photo: Court Leve. KT-22, Squaw Valley, USA.
It’s no secret that Squaw has had an unfortunate series of untimely deaths. I was thinking of writing an article about it, but it just hits too close to home for me. Cody Townsend manned up and wrote this article for ESPN that reflects upon the great people we’ve lost lately. The list is impressive and sad: Randal Davis, the three young squaw employee ladies who passed away in the Squaw parking lot, legendary patrollers Eski, Don Schott, & Larry Hazard, Robert Frolich, CR Johnson, Shane McConkey, Arne Backstrom, Kip Garre, Alison Kreutzen, Pascal Huega (although he was 102), and Pablo Olivas. And this is all since 2009.
Ok, here’s Cody’s story from ESPN:
In sports and life, mythological curses are sometimes blamed for tragic chains of misfortune. For instance, when an accident in his Porsche Spyder sports car took the life of James Dean in 1955, the car then became entangled in a five-year-long series of tragedies that killed a race car driver, maimed a mechanic and brought mysterious woe to many who encountered it. The vehicle, it was said, had to be cursed.
In the freeskiing world, for the Squaw Valley community that I live in, it feels like we’re driving that Porsche right now. For the past couple of years, we seem to been trapped in a vortex of misfortune — we keep losing our own people, one tragic accident at a time.
Randy Davis, a local up-and-coming freestyle skier, was killed at Squaw in an inbounds avalanche on Christmas day in 2008. We lost longtime Squaw legend Shane McConkey to a ski BASE accident in Italy in 2009. Andrew Entin, a much-loved career ski patroller, died while conducting avalanche control at Squaw in 2009. Then CR Johnson perished in an inbounds crash at Squaw Valley in 2010. Squaw’s Arne Backstrom passed away in a ski mountaineering fall in Peru in 2010. And then, a couple of weeks ago, locals Kip Garre and Allison Kreutzen were killed by a backcountry avalanche in the southern Sierra Nevada mountains.
Of course, the greater freeskiing community suffered tragedies during the last few years as well — we lost the lives of pro skiers Billy Poole, Jack Hannan, John Nicolleta, Ryan Hawks, and countless other skiers. But the sheer number of deaths from Squaw seemed to be heart-wrenchingly high. We couldn’t help but think it: Is the Squaw community cursed?
At this point, our tenets of faith — karma, justice, providence — have been torn down. We question everything. How can it be that our heroes, friends and family are being ripped away from the Squaw Valley community so methodically?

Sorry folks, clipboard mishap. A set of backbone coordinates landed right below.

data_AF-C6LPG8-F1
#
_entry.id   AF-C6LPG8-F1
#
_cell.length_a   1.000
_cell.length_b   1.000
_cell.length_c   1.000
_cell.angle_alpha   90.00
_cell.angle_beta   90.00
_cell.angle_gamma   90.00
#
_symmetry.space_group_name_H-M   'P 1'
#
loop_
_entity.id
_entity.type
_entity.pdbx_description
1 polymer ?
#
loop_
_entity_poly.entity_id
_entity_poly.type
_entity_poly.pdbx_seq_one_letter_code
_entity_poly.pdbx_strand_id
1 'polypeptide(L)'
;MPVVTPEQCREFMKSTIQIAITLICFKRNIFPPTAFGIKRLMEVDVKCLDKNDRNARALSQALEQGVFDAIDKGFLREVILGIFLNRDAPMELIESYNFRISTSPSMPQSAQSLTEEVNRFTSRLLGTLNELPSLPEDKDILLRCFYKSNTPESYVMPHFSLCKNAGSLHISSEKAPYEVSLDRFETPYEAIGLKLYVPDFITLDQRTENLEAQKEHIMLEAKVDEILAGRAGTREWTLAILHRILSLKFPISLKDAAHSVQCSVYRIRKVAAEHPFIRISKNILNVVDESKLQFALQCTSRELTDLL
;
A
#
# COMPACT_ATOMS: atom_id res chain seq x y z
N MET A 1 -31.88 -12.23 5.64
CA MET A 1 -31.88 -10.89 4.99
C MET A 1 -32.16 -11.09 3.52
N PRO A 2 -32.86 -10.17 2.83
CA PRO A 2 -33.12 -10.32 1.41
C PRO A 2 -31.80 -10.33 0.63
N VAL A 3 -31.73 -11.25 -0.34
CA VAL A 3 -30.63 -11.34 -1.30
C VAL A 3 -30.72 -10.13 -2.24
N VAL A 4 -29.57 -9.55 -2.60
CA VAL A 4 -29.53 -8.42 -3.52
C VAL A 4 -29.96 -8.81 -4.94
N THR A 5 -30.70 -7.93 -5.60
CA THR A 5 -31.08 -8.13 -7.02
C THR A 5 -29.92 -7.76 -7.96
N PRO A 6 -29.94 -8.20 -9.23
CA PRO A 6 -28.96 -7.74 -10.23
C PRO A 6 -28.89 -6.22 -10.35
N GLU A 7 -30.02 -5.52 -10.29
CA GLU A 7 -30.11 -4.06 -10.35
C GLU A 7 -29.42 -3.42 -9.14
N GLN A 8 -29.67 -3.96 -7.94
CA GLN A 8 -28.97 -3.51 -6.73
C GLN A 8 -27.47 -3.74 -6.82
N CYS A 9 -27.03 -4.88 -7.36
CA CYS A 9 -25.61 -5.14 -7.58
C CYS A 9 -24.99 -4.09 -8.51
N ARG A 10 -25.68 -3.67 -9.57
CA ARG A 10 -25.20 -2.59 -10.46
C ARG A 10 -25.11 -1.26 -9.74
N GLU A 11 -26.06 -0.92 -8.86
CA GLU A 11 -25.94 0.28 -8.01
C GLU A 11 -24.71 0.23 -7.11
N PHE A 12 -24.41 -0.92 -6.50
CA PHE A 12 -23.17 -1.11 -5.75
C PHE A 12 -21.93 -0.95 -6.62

Even though the phone call notifying me of Kip’s death was the same as the phone call for Shane’s, it doesn’t get any easier. Each time, the caller ID bears the name of a friend I haven’t talked to in weeks. The “hellos” and “how are yous?” are abbreviated, hesitant pauses implicate the caller is searching for the right words. And then the chest-tightening, breath-stopping, swear-inducing message comes through: “Shane/CR/Arne/Kip … is dead.”
Kip & Allison
Thousands have gathered in the Olympic Village Inn ballroom time and time again and hung their heads at the multitude of funerals. In fact, by the age of 28, I’ve been to twice the amount funerals than weddings. We all have drank far too many beers tinged with tears. We’ve watched our resident spiritual guru, Ladd Williams, give his Native American prayer of passing so many times, I nearly have it memorized.
But perhaps we have gotten stronger through this painful process. Not stronger in the face of death, but stronger in the appreciation of life. For all of the departed skiers, their commonplace would have been miraculous in most circles. Although they all died before we wanted to see them go, they weren’t taken before their pinnacle, because their pinnacles happened every day.
And we, as a community have learned from that. Banishing ourselves to the tame spaces of mediocrity would be against what each of the departed’s lives and deaths represented. We’ve learned that death is not the antipode to life; not living is, or as Kip would’ve put it, “Getting fired up!”
So as a community, yes, we’ve been hit hard. It feels lonely and sad. But we also realize how much worse off we would have been without Shane, Randy, CR, Arne, Andrew, Kip, and Allison. Our world was made better by their presence and because of that, we will not abandon our tenets.
But we do hope that the chain of misfortune ends soon. In 1960, that hexed Porsche Spyder mysteriously vanished off the back of a trailer truck. So here’s hoping that whatever is going on here in Squaw vanishes as quickly as the Spyder did.